It's probably the biggest Washington news story of the week: Benjamin Netanyahu, the Israeli prime minister, is set to address a joint session of Congress Tuesday. The drama is high. Netanyahu arranged the speech with House Speaker John Boehner, forgoing the White House. Amplifying the drama is the fact that the speech is very likely to be critical of President Obama's policy toward a nuclear deal with Iran. Reactions on Capitol Hill have been along partisan lines. Thirty-four Democratic lawmakers plan to boycott the speech in solidarity with the president.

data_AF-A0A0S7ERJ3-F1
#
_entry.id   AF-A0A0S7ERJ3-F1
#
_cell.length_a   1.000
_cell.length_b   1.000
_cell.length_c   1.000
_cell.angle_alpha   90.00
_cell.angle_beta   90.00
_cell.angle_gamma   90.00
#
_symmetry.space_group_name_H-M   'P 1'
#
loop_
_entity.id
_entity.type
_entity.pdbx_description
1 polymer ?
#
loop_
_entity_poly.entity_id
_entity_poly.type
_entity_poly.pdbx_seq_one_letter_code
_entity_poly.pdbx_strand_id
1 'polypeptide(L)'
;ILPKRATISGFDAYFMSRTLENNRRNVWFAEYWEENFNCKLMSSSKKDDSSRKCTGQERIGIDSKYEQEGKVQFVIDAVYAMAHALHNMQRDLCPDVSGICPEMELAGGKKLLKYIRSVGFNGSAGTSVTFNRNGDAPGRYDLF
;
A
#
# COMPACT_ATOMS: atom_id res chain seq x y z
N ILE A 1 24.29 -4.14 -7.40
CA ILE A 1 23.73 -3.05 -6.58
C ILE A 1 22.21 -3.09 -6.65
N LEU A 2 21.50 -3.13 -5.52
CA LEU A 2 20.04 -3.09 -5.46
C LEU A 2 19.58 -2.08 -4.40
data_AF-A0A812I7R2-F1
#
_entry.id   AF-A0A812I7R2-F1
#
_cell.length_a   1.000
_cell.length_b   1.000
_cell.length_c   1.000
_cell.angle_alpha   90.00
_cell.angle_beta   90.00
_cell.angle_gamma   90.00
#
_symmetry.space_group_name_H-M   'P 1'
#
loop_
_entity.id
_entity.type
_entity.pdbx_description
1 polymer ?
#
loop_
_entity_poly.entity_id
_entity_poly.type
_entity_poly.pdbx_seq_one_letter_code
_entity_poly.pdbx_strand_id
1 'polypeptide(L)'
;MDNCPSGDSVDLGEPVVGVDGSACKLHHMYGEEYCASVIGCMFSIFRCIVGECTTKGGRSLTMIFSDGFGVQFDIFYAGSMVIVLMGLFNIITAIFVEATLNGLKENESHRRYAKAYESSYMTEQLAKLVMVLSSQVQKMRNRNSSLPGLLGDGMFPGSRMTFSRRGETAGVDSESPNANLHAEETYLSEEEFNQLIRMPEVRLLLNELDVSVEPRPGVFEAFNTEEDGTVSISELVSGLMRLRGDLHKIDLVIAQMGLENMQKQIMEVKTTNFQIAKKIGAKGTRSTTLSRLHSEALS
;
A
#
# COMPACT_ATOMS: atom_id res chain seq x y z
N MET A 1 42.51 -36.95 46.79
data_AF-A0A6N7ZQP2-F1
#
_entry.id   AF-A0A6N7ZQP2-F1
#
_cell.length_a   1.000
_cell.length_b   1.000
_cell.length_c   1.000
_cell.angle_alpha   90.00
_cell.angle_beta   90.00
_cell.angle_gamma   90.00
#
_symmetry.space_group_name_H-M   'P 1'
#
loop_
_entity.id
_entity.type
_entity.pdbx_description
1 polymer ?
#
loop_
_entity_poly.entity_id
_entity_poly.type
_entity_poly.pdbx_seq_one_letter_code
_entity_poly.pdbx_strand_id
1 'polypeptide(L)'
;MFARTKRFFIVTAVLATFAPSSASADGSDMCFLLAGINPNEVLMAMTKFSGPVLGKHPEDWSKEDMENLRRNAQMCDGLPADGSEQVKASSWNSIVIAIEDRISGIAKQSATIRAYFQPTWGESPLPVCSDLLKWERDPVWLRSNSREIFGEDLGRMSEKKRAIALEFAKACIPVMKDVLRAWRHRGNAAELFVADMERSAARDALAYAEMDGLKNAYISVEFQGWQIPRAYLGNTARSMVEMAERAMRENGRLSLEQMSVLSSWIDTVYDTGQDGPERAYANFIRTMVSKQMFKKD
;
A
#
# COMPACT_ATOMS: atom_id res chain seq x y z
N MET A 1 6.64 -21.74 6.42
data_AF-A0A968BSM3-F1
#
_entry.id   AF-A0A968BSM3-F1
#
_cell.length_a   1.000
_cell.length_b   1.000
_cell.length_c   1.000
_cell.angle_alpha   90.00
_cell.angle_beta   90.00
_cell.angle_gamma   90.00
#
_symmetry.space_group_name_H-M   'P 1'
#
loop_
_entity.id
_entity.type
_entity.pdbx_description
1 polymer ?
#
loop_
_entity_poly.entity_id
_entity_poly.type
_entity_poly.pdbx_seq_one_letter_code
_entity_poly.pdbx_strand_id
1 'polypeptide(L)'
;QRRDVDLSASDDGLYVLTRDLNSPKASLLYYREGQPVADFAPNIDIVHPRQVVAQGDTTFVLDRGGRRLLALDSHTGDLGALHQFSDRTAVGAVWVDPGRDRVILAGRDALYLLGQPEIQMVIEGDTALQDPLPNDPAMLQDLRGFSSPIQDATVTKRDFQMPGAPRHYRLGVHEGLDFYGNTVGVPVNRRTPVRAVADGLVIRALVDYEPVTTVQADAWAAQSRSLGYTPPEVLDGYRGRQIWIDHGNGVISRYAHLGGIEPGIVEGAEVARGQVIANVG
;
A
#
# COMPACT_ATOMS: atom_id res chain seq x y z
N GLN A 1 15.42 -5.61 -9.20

Netanyahu has become divisive in Congress, and his speech will be dissected incessantly in Washington. But will the story make a splash in the country at large? Not necessarily. In a recent Pew opinion survey, 35 percent of respondents indicated they held no opinion on the Israeli prime minister. Twenty-three percent say they've never heard of him at all. Which is to say, Netanyahu and his politics aren't a typical polarizing topic for Americans. The Wall Street Journal recently asked registered voters if congressional Republicans should have asked Netanyahu to come speak. While 48 percent said they disapproved of the appearance, "just over a fifth said they didn't know enough to say."